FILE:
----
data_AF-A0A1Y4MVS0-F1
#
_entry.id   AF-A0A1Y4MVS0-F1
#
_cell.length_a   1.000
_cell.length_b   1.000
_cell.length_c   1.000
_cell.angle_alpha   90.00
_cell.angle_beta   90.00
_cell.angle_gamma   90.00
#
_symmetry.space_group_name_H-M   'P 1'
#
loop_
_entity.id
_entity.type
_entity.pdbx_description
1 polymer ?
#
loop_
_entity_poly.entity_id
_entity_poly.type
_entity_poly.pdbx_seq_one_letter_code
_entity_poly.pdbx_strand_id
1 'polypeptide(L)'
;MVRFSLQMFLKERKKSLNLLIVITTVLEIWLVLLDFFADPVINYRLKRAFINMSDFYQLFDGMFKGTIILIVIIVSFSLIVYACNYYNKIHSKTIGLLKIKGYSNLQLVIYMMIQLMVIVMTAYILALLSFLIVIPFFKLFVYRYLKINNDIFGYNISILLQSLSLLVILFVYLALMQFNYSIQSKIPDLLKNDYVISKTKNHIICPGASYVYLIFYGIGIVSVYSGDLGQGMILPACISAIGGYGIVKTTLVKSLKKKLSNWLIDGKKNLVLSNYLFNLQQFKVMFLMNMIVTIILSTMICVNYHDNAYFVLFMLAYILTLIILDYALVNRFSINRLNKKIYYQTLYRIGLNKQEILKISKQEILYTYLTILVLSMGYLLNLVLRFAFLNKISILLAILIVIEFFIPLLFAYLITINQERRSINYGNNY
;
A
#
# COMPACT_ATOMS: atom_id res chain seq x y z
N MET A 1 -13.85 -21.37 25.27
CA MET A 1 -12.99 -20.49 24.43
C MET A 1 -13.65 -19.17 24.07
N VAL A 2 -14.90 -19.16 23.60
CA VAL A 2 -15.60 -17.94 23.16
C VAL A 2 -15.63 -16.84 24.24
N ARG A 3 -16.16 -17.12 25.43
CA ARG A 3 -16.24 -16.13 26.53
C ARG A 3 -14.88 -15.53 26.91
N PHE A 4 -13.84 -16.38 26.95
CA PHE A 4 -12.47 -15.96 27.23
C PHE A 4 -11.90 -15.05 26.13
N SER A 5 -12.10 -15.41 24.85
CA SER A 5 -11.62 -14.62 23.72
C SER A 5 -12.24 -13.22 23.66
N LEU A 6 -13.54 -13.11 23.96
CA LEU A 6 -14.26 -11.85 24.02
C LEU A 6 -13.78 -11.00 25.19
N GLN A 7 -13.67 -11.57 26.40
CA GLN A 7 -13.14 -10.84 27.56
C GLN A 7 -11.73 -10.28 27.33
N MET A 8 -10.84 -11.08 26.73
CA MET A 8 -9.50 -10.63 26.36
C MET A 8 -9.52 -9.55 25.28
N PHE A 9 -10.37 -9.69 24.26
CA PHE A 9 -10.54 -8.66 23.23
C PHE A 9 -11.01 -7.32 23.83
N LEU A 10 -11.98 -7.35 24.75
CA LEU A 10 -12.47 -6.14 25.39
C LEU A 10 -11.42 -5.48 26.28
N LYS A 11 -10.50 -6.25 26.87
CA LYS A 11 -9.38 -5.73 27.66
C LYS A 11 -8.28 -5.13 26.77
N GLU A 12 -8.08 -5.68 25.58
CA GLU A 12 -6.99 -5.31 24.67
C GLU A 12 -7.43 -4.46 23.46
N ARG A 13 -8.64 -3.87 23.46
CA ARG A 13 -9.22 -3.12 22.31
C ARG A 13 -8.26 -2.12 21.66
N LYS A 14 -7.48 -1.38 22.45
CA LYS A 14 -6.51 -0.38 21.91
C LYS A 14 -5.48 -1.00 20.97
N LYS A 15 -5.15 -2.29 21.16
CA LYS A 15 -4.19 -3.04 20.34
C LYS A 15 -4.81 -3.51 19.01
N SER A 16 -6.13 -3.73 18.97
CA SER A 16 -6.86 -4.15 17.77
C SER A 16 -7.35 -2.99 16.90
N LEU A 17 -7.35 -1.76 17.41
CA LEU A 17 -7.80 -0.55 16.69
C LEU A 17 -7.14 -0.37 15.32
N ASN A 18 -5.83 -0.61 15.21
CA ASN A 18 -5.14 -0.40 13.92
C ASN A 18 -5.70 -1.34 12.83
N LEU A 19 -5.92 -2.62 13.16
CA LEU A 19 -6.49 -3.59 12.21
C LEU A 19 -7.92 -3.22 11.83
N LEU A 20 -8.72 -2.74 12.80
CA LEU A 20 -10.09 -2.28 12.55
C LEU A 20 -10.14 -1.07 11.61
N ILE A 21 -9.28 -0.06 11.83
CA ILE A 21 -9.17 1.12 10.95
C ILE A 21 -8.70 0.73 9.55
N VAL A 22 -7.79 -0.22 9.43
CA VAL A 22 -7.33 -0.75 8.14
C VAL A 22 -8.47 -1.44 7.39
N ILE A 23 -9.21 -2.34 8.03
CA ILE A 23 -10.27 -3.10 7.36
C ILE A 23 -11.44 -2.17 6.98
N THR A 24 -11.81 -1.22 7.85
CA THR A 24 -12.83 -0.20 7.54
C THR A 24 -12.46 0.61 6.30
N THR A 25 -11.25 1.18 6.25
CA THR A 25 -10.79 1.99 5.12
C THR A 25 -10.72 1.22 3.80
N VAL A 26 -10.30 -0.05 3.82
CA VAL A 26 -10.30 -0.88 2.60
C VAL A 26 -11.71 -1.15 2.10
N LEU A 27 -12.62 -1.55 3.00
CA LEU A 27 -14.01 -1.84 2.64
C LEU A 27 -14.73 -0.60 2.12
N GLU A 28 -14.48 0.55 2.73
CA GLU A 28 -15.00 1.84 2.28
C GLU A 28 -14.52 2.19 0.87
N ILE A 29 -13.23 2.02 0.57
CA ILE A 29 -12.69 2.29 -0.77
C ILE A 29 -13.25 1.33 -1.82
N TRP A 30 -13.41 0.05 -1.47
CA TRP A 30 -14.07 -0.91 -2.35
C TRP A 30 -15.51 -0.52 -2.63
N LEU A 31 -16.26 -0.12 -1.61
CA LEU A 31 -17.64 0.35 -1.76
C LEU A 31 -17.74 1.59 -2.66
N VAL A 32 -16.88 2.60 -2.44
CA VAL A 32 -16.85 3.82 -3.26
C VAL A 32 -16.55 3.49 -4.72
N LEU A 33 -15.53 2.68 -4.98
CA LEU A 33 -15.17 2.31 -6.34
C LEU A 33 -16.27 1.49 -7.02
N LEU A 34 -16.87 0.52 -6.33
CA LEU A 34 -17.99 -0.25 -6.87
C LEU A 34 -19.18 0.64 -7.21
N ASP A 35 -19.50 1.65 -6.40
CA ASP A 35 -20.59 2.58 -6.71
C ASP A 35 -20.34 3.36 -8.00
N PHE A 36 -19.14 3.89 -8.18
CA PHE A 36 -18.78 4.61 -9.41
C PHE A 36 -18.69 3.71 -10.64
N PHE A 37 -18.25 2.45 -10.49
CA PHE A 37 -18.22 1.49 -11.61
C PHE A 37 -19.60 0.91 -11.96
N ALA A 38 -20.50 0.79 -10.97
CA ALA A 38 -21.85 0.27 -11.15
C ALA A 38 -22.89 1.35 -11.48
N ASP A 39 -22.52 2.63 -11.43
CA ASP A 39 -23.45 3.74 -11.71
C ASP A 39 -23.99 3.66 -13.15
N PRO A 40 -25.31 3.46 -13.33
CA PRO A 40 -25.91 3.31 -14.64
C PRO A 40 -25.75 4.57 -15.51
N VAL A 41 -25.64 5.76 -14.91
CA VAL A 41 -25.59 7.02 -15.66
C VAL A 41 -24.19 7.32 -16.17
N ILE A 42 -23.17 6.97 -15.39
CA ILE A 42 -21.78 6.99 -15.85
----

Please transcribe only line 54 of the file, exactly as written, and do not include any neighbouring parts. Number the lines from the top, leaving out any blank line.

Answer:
C MET A 8 -9.52 -9.55 25.28